Between a rock and a crazy place

Gendered Marbles

2017-09-05

tl;dr: "Some marbles, apparently, have a gender. And they seem to be overwhelmingly male."

A couple of days ago The MarbleLympics 2017 popped into my twitter stream. In case you are unaware (I certainly was): It's a series of videos where a bunch of marbles participate in a made-up Olympics. They are split into teams that then participate in a series of "competitions" in a variety of different events. The whole event is professionally filmed, cut and overlaid both with fake noises from spectators and a well-made, engaging sports commentary. It is really fun to watch. I don't know why, but I find it way more captivating than watching actual sports. I thoroughly recommend it.

Around event 8 (high jump) though, I suddenly noticed that the commentator would occasionally not only personify but actually gender marbles. For most of the commentary he just refers to the teams as a whole with a generic "they". But every once in a while - and especially often during the high-jump event - he would use a singular gendered pronoun. Also, that only really occurred to me when he referred to one of the marbles as "she".

This instantly became one of those things that after noticing it, I couldn't unnotice it. It's not so much that it matters. But from then on, I couldn't stop listening up every time a singular pronoun was used.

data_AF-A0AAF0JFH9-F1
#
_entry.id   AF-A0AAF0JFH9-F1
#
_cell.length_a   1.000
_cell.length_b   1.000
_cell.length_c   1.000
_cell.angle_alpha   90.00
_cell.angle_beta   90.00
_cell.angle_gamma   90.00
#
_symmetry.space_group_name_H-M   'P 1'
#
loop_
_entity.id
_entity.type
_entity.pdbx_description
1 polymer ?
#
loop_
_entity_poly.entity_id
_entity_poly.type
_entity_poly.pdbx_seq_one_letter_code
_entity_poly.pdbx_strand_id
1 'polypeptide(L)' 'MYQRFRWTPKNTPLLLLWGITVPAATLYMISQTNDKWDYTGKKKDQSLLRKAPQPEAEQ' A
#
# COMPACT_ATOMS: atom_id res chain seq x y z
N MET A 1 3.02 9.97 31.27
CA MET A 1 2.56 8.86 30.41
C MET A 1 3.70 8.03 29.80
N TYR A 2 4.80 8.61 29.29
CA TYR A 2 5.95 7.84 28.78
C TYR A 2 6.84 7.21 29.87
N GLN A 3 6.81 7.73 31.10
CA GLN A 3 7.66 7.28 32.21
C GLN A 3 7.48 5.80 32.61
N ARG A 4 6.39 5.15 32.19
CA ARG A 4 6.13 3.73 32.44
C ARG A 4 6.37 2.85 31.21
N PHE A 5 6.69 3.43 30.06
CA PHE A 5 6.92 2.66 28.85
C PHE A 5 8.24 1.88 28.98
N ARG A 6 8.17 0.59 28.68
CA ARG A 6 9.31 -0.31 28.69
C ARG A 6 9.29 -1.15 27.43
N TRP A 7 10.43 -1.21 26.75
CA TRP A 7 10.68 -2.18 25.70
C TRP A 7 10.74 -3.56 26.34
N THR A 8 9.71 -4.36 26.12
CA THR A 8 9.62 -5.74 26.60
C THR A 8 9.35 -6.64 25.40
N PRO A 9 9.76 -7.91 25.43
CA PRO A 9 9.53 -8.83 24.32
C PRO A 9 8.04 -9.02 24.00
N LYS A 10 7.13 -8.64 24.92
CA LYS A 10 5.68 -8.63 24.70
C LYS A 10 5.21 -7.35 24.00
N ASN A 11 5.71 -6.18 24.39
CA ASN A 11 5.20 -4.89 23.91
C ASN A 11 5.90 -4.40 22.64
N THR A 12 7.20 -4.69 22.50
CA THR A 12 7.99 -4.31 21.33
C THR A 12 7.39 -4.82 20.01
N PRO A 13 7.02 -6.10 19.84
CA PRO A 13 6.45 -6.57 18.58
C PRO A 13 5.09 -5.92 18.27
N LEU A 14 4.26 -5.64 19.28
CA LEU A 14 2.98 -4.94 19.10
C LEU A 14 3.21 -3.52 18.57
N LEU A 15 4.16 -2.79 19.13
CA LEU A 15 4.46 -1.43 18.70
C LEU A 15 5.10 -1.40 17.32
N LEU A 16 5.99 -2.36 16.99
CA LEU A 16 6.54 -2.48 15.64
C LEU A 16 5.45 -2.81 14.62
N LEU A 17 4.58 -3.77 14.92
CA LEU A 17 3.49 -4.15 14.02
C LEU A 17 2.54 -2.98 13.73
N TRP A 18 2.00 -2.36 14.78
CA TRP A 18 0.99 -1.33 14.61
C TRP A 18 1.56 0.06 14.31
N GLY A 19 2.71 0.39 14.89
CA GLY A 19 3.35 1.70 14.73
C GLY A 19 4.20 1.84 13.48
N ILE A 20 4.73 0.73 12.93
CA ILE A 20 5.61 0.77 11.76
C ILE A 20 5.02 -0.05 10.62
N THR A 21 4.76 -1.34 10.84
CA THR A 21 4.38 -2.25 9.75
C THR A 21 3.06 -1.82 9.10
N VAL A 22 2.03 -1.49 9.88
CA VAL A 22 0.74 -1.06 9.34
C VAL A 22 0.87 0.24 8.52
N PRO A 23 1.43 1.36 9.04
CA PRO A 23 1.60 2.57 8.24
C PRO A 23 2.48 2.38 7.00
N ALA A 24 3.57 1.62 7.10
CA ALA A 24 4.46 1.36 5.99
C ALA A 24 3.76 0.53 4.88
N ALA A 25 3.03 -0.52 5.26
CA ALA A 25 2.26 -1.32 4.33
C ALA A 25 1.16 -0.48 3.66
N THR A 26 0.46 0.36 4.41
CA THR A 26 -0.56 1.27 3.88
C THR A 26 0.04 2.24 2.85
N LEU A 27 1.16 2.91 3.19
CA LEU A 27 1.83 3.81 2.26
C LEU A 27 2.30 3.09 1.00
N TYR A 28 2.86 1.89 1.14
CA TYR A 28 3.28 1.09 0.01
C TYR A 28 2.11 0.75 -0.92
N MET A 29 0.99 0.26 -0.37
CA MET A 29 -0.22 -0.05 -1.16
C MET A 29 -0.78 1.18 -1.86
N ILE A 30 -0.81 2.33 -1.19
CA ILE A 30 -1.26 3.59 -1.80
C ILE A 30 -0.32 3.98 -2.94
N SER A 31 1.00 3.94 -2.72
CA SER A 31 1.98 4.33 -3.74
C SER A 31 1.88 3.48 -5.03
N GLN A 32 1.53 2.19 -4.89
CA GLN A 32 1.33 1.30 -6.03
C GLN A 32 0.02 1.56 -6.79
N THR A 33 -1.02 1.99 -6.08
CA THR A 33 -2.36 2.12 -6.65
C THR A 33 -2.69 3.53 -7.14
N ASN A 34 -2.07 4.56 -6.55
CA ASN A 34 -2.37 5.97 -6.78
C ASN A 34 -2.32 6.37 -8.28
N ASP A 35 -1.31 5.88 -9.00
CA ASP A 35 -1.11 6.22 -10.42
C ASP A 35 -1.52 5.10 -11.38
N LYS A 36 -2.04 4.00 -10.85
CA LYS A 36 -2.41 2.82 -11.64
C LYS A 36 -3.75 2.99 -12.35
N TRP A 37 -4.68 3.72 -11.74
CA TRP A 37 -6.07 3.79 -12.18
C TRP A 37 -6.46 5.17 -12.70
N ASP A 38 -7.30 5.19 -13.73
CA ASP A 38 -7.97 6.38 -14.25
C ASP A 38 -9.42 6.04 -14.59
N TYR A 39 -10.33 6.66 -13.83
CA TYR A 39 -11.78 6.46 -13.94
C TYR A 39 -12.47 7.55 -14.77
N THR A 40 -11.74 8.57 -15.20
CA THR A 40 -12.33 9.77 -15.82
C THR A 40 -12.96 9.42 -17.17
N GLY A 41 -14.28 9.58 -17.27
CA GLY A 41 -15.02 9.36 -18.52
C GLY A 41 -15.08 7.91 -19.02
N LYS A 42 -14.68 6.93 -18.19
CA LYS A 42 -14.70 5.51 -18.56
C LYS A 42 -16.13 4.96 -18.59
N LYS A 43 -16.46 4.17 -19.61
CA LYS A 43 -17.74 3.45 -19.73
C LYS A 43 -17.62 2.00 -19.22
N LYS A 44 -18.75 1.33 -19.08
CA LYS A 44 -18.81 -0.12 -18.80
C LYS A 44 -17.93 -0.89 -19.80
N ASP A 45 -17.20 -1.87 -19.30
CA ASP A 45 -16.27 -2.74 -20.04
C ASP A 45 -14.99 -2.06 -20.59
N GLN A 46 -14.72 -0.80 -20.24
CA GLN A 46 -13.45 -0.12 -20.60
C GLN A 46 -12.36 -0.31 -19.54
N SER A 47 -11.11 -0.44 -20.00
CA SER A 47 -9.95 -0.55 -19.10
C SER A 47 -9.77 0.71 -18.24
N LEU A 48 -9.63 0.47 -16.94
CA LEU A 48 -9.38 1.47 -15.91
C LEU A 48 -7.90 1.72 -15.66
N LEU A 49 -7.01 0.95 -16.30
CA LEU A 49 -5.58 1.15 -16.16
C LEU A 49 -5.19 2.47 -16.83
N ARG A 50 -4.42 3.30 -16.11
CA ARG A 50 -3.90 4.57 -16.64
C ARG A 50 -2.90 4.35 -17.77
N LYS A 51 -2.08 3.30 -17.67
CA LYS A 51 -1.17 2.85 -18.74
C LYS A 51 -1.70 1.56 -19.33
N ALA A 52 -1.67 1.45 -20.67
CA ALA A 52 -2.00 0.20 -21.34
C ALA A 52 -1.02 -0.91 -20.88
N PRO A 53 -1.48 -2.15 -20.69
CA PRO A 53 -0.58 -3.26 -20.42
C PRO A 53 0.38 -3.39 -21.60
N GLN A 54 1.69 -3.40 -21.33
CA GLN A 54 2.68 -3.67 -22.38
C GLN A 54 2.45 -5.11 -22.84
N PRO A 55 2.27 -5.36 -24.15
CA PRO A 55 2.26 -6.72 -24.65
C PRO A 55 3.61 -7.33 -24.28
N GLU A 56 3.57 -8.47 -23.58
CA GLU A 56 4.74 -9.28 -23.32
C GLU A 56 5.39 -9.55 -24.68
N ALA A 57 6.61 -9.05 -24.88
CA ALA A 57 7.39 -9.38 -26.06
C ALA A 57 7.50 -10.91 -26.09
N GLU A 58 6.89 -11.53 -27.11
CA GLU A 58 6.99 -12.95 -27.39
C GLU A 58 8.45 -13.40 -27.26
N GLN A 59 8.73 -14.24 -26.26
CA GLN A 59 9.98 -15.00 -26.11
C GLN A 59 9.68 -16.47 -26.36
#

Well, you know where this is going. Fully aware of how much of a waste of my time this is, I sat down and counted. More specifically, I downloaded the closed captions of all the videos and grepped through them for pronouns. I did double-check all findings and here is what I found: By my count, 20 distinct marbles are referred to by singular pronouns (yes. I noted their names to filter duplicates. Also I kind of hoped to find a genderfluid marble to be honest). Here is an alphabetized list of gendered marbles:

As you can see, the overwhelming majority of gendered marbles are men. There is exactly one exception: Mary. From what I can tell, that's because it's the only name that has clear gender associations. All the other names probably could go either way. And marbles obviously have no gender. They are as non-gendered an object as you could imagine. And yet there seems to be a default assumption that athletic marbles would be men.

Obviously this doesn't matter. Obviously you can't discriminate marbles. You can't misgender them or hurt their feelings. Obviously the commentator didn't sit down and made a list of all the marbles and assigned 95% of them a male gender - it's clearly just an ad-hoc subconscious assignment. And to be absolutely clear: I do not try to fault the makers of these videos at all. They did nothing wrong. It's a ludicrous expectation for them to sit down and make sure that they assign balanced genders to their marbles.

But I do find it an interesting observation. I do think it reflects an implicit, unconscious bias in a striking way. I also think it illustrates nicely that gender bias in language isn't exclusive to languages like German, where all nouns are gendered (take note, German friends). Of course none of this is news. This kind of unconscious gender bias in language is well-researched and documented. It's just that once you know about it, you can't stop noticing the evidence for it popping up everywhere. Even with marbles.

And all of that being said: Yes, I am also aware that all of this is slightly ridiculous.


PS: In case the team behind the MarbleLympics are reading this: Really, thank you for the videos :) They are great.